week, in an essay titled "Iraq's
Cultural Catastrophe and Ours," Christopher Deliso
wrote, "Having almost no history of its own, America is ignorant,
almost contemptuous of that of other peoples." While ignorance
and envy certainly played a role in the destruction,
larger motives were at work, motives that go to the heart of neoconservatism.
past is a foreign country, and no foreign country is safe
with a Bush in the White House. The past wears a neon target,
though, and with good reason. It mocks grand schemes, from workers'
paradises to New World Orders. Many have commented on the parallels
and neocons, including a shared disdain for history. Still, the
Leninists were never so brazen about it. In theory, at least,
history was on their side: the past they took from Marx was supposed
to blossom as their vindication. Rare is the Marxist who can't
blather on and on about historical
materialism, but the
neocons look backwards with a sneer. They seem to have achieved
Zero when the ink dried on National Review's first
issue. If it came before Buckley, it didn't happen a strange
sort of conservatism, indeed.
don't expect the hawks with the possible exception of Donald Rumsfeld,
their resident art
historian to know this, but hatred for the past is nothing
new. Naturally, it grows fat on war. The militarism of the early
20th century, for instance, spawned Futurism,
an anti-historical art movement. Its leader, the poet Filippo
Marinetti, blamed the veneration of artifacts for his nation's
decline as a world power. Italy had been stifled, not inspired,
by its patrimony. Classical and Renaissance masters could not
be surpassed, which made them a cultural burden. More importantly,
from a political standpoint, the collapse of Rome taught all the
wrong lessons about power.
will glorify war the world's only hygiene militarism, patriotism,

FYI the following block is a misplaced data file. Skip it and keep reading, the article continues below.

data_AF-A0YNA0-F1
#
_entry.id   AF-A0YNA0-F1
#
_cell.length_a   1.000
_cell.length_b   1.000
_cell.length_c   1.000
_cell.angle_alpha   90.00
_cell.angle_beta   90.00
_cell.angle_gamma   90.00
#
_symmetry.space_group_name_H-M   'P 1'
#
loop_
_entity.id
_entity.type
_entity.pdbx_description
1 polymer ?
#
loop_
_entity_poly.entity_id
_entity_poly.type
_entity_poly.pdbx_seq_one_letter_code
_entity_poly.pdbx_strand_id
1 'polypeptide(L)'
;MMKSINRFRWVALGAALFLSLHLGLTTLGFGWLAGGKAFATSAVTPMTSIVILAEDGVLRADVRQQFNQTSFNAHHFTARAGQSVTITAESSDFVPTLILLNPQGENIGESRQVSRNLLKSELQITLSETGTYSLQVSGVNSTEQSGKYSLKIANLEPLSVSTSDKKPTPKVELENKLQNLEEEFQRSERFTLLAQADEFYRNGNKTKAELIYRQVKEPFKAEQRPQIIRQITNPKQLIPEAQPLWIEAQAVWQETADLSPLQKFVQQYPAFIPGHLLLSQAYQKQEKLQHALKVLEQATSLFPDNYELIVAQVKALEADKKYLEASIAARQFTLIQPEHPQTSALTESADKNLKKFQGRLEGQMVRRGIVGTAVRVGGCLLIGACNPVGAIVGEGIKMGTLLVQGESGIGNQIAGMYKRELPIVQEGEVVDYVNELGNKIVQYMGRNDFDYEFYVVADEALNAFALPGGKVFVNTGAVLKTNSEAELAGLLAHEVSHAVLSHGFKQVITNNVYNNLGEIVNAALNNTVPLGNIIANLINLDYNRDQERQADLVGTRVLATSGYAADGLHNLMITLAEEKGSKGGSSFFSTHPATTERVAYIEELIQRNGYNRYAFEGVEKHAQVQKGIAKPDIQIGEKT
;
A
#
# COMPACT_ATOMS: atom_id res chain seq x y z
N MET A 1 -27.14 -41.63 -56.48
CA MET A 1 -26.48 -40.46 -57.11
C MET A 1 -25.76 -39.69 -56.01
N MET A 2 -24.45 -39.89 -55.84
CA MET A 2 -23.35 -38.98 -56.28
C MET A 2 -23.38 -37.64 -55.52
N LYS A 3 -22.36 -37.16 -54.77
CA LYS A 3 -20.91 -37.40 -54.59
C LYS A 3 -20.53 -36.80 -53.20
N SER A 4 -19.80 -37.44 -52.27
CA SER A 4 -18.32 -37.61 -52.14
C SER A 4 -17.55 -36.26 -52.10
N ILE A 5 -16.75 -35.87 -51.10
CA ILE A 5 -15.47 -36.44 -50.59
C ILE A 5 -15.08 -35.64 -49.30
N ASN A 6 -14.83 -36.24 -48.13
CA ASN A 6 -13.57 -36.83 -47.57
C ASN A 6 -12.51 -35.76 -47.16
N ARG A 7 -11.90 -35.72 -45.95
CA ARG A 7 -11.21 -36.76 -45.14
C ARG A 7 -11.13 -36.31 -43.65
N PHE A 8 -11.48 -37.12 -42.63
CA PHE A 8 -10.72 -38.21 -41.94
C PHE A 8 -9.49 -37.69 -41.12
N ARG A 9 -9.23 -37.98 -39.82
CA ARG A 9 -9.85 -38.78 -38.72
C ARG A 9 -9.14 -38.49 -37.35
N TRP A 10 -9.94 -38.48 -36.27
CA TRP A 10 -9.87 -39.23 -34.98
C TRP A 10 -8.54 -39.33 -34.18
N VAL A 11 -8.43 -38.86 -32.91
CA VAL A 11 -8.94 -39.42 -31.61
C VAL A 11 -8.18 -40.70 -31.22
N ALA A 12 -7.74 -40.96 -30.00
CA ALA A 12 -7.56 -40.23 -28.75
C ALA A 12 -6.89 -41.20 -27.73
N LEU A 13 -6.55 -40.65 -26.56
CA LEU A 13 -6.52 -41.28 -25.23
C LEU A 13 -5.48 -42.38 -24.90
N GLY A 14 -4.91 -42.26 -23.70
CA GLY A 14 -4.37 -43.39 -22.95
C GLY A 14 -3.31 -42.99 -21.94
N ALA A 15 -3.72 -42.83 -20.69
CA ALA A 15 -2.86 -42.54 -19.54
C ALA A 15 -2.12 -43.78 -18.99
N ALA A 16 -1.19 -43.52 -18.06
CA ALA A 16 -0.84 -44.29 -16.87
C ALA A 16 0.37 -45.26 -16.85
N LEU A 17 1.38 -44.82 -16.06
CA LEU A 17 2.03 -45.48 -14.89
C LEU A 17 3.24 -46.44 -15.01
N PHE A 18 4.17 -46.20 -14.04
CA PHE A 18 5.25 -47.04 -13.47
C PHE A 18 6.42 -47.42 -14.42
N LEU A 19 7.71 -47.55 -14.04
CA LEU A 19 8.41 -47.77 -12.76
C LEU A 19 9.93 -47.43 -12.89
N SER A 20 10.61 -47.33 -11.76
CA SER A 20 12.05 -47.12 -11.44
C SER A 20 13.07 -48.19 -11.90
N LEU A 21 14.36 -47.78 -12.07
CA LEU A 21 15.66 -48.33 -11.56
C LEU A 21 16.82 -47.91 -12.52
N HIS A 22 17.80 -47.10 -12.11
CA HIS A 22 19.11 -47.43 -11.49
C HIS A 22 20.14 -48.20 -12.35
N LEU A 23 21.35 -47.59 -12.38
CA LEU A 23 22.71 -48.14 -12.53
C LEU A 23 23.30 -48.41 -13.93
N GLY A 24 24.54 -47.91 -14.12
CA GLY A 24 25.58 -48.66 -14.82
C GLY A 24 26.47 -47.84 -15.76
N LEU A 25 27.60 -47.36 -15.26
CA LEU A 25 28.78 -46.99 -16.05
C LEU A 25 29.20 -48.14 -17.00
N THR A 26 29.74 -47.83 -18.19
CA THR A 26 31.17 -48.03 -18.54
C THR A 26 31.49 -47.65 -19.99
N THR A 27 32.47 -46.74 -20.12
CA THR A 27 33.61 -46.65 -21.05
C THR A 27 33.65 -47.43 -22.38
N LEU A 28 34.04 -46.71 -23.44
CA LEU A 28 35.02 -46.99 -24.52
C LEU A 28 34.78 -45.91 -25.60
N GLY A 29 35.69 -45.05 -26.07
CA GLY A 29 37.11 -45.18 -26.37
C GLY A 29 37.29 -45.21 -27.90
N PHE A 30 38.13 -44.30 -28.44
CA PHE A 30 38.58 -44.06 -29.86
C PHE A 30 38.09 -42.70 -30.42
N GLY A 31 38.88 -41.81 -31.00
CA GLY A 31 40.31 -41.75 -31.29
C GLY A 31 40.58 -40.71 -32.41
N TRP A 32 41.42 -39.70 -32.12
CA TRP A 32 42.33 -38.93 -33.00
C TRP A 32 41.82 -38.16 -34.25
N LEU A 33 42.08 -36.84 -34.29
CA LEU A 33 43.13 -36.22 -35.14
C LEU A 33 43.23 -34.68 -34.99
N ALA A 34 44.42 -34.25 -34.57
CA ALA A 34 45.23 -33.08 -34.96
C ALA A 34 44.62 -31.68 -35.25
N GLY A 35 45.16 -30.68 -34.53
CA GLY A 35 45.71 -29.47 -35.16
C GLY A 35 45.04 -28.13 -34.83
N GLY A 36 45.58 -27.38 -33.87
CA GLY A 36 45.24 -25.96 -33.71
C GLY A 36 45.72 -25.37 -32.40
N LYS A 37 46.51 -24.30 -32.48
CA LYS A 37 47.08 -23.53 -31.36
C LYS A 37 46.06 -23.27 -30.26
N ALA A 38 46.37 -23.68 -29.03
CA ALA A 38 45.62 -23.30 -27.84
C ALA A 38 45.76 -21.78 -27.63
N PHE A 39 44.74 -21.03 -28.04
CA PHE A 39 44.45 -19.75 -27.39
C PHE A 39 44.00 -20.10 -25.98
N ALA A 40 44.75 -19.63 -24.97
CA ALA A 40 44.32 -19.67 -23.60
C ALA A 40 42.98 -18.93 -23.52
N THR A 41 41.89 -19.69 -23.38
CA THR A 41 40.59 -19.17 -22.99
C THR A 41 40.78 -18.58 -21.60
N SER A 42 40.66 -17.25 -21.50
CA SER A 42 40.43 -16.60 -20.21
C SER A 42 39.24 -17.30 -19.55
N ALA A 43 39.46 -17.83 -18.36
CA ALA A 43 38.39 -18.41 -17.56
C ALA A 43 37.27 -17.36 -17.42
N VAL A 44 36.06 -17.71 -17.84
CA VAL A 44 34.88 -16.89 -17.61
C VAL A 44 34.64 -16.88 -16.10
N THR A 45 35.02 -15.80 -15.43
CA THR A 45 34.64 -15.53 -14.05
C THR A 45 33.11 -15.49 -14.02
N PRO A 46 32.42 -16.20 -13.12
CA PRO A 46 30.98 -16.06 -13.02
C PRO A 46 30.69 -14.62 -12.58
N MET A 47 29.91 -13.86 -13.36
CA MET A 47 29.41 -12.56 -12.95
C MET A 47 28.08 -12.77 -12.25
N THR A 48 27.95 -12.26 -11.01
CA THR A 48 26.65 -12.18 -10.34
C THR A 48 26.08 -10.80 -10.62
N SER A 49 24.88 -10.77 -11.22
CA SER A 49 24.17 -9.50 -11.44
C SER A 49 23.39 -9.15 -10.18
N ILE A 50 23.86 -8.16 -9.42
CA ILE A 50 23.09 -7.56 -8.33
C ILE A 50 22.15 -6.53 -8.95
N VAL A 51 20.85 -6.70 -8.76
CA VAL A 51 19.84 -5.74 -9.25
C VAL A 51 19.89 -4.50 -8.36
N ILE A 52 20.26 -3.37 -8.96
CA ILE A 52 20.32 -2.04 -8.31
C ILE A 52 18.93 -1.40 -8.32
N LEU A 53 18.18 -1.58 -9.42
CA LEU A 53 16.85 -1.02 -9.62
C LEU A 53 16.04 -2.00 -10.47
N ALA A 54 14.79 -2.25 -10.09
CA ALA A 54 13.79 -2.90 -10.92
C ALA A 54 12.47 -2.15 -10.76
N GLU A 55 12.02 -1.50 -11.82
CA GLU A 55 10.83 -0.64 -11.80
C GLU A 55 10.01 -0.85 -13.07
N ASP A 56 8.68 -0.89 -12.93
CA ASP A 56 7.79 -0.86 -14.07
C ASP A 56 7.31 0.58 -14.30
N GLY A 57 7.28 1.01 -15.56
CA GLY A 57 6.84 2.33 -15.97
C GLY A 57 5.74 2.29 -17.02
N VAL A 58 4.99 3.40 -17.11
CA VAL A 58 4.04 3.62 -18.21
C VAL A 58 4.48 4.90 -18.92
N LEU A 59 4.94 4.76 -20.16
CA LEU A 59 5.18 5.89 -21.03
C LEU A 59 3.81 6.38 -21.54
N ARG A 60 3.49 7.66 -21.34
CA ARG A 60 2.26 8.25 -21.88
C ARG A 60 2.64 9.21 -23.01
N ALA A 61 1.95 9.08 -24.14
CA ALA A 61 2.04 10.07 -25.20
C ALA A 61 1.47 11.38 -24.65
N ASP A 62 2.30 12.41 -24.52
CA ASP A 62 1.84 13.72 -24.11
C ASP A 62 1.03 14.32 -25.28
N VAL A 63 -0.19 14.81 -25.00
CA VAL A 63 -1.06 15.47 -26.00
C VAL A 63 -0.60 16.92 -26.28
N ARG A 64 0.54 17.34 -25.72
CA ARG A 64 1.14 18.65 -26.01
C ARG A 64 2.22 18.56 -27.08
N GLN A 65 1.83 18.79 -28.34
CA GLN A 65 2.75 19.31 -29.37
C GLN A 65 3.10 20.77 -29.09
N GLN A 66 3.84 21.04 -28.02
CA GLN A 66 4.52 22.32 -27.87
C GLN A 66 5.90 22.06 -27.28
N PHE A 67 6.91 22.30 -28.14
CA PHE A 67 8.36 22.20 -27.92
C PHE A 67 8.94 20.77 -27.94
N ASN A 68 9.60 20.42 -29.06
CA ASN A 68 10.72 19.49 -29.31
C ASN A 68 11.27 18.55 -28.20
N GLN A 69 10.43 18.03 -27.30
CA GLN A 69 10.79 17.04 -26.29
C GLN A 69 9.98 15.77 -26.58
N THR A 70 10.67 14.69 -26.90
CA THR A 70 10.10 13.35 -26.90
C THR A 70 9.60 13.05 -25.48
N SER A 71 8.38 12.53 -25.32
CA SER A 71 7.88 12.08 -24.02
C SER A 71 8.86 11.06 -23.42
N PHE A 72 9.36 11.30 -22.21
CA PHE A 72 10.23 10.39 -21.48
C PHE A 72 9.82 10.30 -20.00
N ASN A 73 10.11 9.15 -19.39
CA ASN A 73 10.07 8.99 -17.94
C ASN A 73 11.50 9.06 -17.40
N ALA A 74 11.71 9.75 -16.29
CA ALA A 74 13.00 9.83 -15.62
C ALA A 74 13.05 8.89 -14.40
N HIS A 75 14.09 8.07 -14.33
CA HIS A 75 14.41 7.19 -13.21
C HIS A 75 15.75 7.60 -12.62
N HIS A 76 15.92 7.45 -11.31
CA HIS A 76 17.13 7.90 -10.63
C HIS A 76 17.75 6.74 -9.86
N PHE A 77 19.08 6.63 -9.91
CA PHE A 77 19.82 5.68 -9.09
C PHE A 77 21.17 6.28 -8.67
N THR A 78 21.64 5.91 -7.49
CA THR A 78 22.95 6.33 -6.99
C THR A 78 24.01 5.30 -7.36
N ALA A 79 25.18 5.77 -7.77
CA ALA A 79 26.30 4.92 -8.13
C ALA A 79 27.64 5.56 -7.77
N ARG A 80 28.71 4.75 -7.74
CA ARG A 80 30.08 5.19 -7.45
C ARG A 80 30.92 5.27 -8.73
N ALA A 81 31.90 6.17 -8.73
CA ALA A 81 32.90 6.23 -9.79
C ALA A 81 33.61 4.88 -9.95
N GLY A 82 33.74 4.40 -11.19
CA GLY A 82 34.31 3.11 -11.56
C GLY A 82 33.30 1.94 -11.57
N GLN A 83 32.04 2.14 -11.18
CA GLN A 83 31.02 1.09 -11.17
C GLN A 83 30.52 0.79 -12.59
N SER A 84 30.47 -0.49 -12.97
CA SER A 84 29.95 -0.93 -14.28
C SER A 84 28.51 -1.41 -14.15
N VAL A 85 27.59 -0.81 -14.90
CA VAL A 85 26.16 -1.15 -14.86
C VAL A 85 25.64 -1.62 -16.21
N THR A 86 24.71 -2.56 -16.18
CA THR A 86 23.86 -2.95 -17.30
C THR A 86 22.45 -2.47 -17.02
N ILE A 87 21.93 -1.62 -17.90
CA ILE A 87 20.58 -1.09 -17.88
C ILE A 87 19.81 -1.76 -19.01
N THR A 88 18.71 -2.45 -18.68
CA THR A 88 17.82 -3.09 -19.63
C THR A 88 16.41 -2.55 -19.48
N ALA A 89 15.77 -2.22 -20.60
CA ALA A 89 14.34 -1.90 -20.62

the destructive gesture of freedom-bringers, beautiful ideas worth
dying for, and scorn for woman. . . .
on! Set fire to the library shelves! Turn aside the canals to
flood the museums!"
Foundation of Futurism," 1909
Poetic indulgence? None here. Marinetti was an early supporter
of Fascism, and eventually sat in il Duce's government. Notice
his use of the word "patriotism," which ostensibly links
a nation to its past. If the past is erased, then patriotism becomes
a commitment to the future, or, more accurately, the whims of
visionaries. In American terms: never mind Washington and Jefferson,
patriotism means Perle
the neocons can't smash the statues of the Founders. That wouldn't
play well in Bush
country. So they polish the symbols with one hand and subvert
their meanings with the other. This tactic comes from another
art movement, one born
of the world's first death-for-democracy scam. As the Dadaist
put it in 1918, with unusual clarity, "The slaughter over,
we are left the hope of a purified humanity." Dada took satisfaction
in war's assault on reason and order. Instead of literal violence,
Dadaists vandalized meaning and intelligibility, especially through
the use of "ready-mades" and "found objects."
Duchamp argued that anything one chooses to call art is one's
own creation. When he purchased a urinal
value mattered as much to Duchamp as it does to the Pentagon)
and displayed it in a gallery, unaltered, it became his original
work of art. So it is with the neoconservatives, right down to
their name. They happened upon a tradition whose values
are largely alien to their own and now they think they invented
it. That's how things work in Dadaland. Victor
Davis Hanson doesn't care who
said what in Thucydides: he who quotes it wrote it. Jonah
Goldberg thinks that if he chants "BurkeHayekBurkeHayekBurke"
often enough, it makes him the definitive voice on conservatism.
while the neos are content to merely distort our past, Iraq's
must be annihilated. It sheds too much light on the fate of empires.
Will the monuments we erect in Baghdad fare any better than Saddam's?
I doubt it. Nebuchadnezzar
of Akkad were once big shots, too. What's
left of them now?
~ Matt Barganier
Barganier works for an educational philanthropy in Baton Rouge,
LA. A late bloomer in his mid-twenties, he has only recently joined
the ranks of web punditry. He is an alumnus of Louisiana State
University and the University of Alabama.
4/14/03 – My
4/7/03 – Laughter
3/31/03 – Liberate
Guest Column from National Review
3/17/03 – An
Aural MOAB for the Middle East
3/10/03 – Woolsey's